Christopher J. Bockisch

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We investigated how three-dimensional (3D) eye position is influenced by static head position relative to gravity, a reflex probably mediated by the otolith organs. In monkeys, the torsional component of eye position is modulated by gravity, but little data is available in humans. Subjects were held in different head/body tilts in roll and pitch for 35 s(More)
Self-motion perception after a sudden stop from a sustained rotation in darkness lasts approximately as long as reflexive eye movements. We hypothesized that, after an angular velocity step, self-motion perception and reflexive eye movements are driven by the same vestibular pathways. In 16 healthy subjects (25-71 years of age), perceived rotational(More)
The brain integrates sensory input from the otolith organs, the semicircular canals, and the somatosensory and visual systems to determine self-orientation relative to gravity. Only the otoliths directly sense the gravito-inertial force vector and therefore provide the major input for perceiving static head-roll relative to gravity, as measured by the(More)
We compared the variability of the subjective visual vertical (SVV) and static ocular counterroll (OCR), and hypothesized a correlation between the measurements because of their shared macular input. SVV and OCR were measured simultaneously in various whole-body roll positions [upright, 45° right-ear down (RED), and 75° RED] in six subjects. Gains of OCR(More)
Stationary visual information has a stabilizing effect on posture, whereas moving visual information is destabilizing. We compared the influence of a stationary or moving fixation point to the influence of stationary or moving large-field stimulation, as well as the interaction between a fixation point and a large-field stimulus. We recorded body sway in 20(More)
When roll-tilted, the subjective visual vertical (SVV) deviates up to 40° from earth-vertical and trial-to-trial variability increases with head roll. Imperfections in the central processing of visual information were postulated to explain these roll-angle dependent errors. For experimental conditions devoid of visual input, e.g. adjustments of body posture(More)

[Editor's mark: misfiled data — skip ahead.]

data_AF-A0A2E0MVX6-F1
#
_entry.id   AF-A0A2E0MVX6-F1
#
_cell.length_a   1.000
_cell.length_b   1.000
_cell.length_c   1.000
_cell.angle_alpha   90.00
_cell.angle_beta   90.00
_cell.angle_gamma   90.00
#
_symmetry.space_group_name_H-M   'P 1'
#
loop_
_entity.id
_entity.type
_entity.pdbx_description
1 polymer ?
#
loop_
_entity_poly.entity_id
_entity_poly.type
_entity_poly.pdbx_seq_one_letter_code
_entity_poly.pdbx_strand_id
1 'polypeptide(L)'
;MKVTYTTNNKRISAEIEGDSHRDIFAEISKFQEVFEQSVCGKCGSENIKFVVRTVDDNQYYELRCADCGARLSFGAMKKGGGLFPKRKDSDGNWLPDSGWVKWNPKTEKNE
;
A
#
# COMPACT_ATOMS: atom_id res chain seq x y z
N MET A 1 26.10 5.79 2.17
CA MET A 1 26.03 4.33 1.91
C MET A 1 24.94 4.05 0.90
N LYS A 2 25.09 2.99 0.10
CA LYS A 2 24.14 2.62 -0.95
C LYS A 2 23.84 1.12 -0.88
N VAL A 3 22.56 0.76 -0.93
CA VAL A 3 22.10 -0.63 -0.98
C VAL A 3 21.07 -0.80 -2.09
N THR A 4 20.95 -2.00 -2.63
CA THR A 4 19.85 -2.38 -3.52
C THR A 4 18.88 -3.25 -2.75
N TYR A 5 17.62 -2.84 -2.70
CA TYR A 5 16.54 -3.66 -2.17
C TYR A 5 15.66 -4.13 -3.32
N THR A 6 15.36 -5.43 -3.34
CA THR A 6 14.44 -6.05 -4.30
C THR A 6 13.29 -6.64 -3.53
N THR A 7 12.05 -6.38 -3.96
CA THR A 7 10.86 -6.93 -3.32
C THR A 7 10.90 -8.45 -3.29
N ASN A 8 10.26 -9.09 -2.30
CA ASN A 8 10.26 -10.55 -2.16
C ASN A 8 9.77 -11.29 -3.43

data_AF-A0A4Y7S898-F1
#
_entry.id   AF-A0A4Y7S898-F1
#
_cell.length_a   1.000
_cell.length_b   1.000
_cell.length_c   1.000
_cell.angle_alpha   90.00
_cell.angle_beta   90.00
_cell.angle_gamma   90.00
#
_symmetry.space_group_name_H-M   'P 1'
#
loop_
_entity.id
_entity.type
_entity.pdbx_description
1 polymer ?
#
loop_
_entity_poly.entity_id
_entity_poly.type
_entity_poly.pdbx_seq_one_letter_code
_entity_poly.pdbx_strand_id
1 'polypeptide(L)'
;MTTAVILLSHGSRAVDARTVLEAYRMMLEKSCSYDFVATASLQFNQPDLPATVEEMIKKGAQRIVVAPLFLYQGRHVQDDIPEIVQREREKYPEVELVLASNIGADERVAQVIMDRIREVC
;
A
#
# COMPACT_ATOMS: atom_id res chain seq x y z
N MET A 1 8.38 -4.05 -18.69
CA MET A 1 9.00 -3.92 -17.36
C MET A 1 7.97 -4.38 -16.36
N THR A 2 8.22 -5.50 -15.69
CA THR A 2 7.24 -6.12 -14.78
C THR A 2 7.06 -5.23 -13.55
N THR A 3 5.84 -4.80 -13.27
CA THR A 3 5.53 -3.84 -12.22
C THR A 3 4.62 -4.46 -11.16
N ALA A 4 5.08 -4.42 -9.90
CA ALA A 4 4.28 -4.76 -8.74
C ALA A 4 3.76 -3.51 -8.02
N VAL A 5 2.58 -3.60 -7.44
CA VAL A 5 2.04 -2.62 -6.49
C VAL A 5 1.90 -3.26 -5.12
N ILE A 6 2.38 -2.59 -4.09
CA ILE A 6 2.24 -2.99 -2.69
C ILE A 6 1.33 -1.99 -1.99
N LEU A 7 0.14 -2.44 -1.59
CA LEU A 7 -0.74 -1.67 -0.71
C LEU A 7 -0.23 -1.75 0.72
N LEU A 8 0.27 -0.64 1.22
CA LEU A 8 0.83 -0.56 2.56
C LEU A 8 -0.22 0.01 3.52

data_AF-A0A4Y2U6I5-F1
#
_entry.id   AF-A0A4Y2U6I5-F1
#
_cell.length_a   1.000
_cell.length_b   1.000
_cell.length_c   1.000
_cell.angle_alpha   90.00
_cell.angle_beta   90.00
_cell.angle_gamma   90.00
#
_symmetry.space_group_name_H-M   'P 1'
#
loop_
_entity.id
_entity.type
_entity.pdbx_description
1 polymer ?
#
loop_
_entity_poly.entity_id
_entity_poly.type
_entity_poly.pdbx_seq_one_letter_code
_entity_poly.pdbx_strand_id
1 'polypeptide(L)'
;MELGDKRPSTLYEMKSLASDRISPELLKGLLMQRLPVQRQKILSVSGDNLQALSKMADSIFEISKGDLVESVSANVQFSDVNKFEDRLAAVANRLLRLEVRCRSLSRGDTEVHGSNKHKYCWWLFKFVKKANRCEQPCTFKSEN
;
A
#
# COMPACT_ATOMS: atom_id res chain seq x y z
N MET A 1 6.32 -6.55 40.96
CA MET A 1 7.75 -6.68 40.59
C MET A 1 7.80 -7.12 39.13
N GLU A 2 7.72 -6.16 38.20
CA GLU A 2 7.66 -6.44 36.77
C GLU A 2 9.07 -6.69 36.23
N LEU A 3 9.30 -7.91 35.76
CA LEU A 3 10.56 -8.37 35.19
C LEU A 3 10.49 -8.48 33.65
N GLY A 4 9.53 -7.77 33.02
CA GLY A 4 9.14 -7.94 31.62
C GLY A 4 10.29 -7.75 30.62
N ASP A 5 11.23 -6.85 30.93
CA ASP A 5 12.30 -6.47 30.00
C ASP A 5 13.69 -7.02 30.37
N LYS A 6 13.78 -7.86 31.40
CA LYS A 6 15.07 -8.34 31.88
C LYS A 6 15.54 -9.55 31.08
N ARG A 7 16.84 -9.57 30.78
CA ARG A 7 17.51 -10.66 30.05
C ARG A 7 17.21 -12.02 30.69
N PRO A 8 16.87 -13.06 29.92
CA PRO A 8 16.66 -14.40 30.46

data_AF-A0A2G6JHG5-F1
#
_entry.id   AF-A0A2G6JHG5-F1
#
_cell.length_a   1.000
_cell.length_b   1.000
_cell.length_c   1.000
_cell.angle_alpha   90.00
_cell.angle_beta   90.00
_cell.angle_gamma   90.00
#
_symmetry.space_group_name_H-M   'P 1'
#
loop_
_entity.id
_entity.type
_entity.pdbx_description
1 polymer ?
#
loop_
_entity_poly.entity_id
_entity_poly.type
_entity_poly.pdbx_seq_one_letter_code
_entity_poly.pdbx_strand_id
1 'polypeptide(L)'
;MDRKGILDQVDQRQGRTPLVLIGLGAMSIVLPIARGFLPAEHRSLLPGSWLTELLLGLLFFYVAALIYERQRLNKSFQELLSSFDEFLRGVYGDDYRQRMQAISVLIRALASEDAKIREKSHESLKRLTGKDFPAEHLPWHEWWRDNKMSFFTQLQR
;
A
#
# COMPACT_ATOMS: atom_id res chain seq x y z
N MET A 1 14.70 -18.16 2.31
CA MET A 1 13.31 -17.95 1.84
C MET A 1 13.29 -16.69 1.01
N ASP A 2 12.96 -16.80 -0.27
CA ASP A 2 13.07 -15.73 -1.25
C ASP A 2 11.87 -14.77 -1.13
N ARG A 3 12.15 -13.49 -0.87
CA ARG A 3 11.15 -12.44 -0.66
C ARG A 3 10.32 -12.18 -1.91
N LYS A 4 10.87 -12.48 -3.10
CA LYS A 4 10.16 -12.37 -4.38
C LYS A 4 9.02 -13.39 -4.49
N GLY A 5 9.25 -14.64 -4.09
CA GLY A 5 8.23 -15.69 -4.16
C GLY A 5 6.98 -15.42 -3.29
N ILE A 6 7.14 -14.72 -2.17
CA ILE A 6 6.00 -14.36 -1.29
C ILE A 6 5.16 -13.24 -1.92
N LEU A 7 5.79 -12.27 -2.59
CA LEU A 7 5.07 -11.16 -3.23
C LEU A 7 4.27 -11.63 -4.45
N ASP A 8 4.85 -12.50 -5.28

Extraretinal eye position information (EEPI) shifts the directional significance of retinal loci by an angle roughly equal to that of an associated saccade, with the shift reported to begin 0-250 ms before the saccade and to continue apace with the saccade, or sluggishly, over a period as much as an order of magnitude longer. These different estimates of(More)
Precision and accuracy of the subjective visual vertical (SVV) modulate in the roll plane. At large roll angles, systematic SVV errors are biased toward the subject's body-longitudinal axis and SVV precision is decreased. To explain this, SVV models typically implement a bias signal, or a prior, in a head-fixed reference frame and assume the sensory input(More)
Perceived direction of gravity, as assessed by the subjective visual vertical (SVV), shows roll-angle dependent errors that drift over time and a bias upon return to upright. According to Bayesian observer theory, the estimated direction of gravity is derived from the posterior probability distribution by combining sensory input and prior knowledge about(More)
In stationary head roll positions, the eyes are cyclodivergent. We asked whether this phenomenon can be explained by a static hysteresis that differs between the eyes contra- (CE) and ipsilateral (IE) to head roll. Using a motorized turntable, healthy human subjects (n = 8) were continuously rotated about the earth-horizontal naso-occipital axis. Starting(More)